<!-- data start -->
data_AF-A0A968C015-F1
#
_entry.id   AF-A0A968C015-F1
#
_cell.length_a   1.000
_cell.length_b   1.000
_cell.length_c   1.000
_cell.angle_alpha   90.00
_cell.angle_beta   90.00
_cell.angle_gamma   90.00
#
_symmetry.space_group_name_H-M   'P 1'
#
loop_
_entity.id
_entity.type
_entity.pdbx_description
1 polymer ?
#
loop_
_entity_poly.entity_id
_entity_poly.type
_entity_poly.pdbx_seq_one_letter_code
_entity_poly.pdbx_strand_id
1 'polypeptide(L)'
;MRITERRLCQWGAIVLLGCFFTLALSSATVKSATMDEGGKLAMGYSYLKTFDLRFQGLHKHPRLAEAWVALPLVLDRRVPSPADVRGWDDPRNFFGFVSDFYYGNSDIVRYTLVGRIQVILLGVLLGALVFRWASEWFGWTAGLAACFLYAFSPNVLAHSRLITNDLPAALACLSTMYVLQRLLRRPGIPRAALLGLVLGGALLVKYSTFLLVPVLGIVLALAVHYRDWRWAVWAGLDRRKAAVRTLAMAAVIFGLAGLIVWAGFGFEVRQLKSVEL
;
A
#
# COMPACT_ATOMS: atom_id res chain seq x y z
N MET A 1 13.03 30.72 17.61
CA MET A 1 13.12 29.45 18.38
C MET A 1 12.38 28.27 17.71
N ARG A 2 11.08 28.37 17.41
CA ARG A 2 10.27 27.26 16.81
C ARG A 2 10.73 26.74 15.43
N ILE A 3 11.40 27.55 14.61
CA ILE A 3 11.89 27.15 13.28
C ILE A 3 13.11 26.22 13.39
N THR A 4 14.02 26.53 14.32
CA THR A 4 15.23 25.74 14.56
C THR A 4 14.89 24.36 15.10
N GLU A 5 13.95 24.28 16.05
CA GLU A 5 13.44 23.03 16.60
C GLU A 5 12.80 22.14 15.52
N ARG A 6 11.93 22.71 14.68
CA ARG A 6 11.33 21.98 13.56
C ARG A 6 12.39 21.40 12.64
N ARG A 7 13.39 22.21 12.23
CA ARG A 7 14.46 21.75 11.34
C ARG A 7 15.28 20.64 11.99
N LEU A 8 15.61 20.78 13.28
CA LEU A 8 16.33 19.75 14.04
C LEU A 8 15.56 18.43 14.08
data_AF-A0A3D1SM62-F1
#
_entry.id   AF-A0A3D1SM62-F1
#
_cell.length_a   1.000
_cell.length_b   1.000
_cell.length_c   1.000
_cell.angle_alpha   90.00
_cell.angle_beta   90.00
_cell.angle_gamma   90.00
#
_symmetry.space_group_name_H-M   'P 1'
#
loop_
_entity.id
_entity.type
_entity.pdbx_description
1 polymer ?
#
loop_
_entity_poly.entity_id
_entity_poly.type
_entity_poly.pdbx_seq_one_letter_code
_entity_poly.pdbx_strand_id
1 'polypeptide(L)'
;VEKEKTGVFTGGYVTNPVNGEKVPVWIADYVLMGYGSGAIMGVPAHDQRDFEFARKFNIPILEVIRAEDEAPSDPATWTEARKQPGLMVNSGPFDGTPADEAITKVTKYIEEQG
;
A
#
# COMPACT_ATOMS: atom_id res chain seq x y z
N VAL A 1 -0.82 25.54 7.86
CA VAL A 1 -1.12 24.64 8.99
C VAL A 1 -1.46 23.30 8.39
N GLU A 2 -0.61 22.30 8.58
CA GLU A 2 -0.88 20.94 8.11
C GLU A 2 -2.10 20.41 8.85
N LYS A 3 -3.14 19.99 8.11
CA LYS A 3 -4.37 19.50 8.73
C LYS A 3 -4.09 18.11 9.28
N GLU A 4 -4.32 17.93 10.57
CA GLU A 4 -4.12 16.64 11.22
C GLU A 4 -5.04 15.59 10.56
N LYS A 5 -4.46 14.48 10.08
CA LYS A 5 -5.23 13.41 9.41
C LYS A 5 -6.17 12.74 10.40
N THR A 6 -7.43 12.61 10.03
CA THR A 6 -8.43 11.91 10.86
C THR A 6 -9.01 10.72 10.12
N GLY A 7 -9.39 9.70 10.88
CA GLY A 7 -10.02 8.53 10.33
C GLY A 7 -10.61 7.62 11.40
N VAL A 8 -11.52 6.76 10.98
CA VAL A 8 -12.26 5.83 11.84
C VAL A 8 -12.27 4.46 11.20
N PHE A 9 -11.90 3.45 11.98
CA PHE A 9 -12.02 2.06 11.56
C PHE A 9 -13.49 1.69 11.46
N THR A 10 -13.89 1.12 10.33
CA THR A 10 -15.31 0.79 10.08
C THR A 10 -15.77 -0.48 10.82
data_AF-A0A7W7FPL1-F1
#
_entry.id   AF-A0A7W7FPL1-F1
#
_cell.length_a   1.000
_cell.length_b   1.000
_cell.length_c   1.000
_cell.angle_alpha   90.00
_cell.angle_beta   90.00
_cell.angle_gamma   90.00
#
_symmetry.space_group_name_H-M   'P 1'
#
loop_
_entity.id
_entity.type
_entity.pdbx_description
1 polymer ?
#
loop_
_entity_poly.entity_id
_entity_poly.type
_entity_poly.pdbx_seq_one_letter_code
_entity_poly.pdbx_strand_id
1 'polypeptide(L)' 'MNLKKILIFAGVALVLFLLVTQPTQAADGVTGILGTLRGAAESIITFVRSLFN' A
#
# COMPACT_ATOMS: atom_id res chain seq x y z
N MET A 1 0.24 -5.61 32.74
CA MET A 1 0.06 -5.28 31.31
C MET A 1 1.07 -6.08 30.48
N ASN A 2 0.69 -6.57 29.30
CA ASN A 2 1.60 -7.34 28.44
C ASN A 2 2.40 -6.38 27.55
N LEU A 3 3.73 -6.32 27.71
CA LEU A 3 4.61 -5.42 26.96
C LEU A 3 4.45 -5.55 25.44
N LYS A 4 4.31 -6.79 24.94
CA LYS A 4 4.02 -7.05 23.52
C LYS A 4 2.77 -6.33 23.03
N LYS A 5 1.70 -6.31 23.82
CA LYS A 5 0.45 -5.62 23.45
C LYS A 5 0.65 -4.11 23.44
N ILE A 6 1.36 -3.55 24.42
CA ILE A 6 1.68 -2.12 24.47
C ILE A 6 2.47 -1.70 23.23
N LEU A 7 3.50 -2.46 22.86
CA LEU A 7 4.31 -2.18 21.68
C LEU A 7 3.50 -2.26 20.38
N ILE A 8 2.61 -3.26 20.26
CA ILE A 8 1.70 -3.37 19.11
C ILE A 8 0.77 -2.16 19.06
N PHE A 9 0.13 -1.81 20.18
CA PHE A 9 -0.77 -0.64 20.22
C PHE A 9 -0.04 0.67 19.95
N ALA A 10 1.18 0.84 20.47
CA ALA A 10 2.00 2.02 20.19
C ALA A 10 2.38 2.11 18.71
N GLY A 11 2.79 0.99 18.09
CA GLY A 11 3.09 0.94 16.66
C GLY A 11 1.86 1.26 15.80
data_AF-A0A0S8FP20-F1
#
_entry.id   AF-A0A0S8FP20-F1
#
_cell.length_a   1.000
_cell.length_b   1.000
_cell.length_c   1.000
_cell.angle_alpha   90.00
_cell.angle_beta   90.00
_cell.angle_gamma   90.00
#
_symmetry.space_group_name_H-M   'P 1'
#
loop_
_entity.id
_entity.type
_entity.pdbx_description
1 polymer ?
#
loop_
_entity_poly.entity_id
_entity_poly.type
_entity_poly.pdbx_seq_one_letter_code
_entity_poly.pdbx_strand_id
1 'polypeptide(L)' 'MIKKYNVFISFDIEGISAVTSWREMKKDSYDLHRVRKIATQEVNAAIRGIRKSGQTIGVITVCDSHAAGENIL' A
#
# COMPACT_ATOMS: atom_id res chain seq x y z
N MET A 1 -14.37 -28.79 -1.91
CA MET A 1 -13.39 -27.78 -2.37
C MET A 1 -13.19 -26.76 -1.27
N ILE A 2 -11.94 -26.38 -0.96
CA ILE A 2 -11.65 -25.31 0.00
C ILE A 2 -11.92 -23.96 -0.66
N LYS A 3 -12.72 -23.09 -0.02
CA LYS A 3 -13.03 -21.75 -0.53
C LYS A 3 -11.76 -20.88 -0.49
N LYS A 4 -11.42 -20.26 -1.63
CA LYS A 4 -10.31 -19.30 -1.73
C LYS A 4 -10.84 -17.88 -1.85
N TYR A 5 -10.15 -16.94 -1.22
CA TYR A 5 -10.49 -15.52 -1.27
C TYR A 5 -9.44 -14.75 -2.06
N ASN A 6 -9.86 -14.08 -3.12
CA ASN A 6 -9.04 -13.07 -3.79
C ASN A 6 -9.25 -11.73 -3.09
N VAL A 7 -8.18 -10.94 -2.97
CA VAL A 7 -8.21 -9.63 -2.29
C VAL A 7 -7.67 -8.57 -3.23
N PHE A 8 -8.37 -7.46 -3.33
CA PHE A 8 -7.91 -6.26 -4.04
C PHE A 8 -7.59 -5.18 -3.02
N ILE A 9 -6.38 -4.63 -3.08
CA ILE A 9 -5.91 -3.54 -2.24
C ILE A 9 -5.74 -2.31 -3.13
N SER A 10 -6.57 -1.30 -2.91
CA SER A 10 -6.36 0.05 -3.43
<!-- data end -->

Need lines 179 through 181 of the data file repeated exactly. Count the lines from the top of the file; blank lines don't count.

_cell.length_a   1.000
_cell.length_b   1.000
_cell.length_c   1.000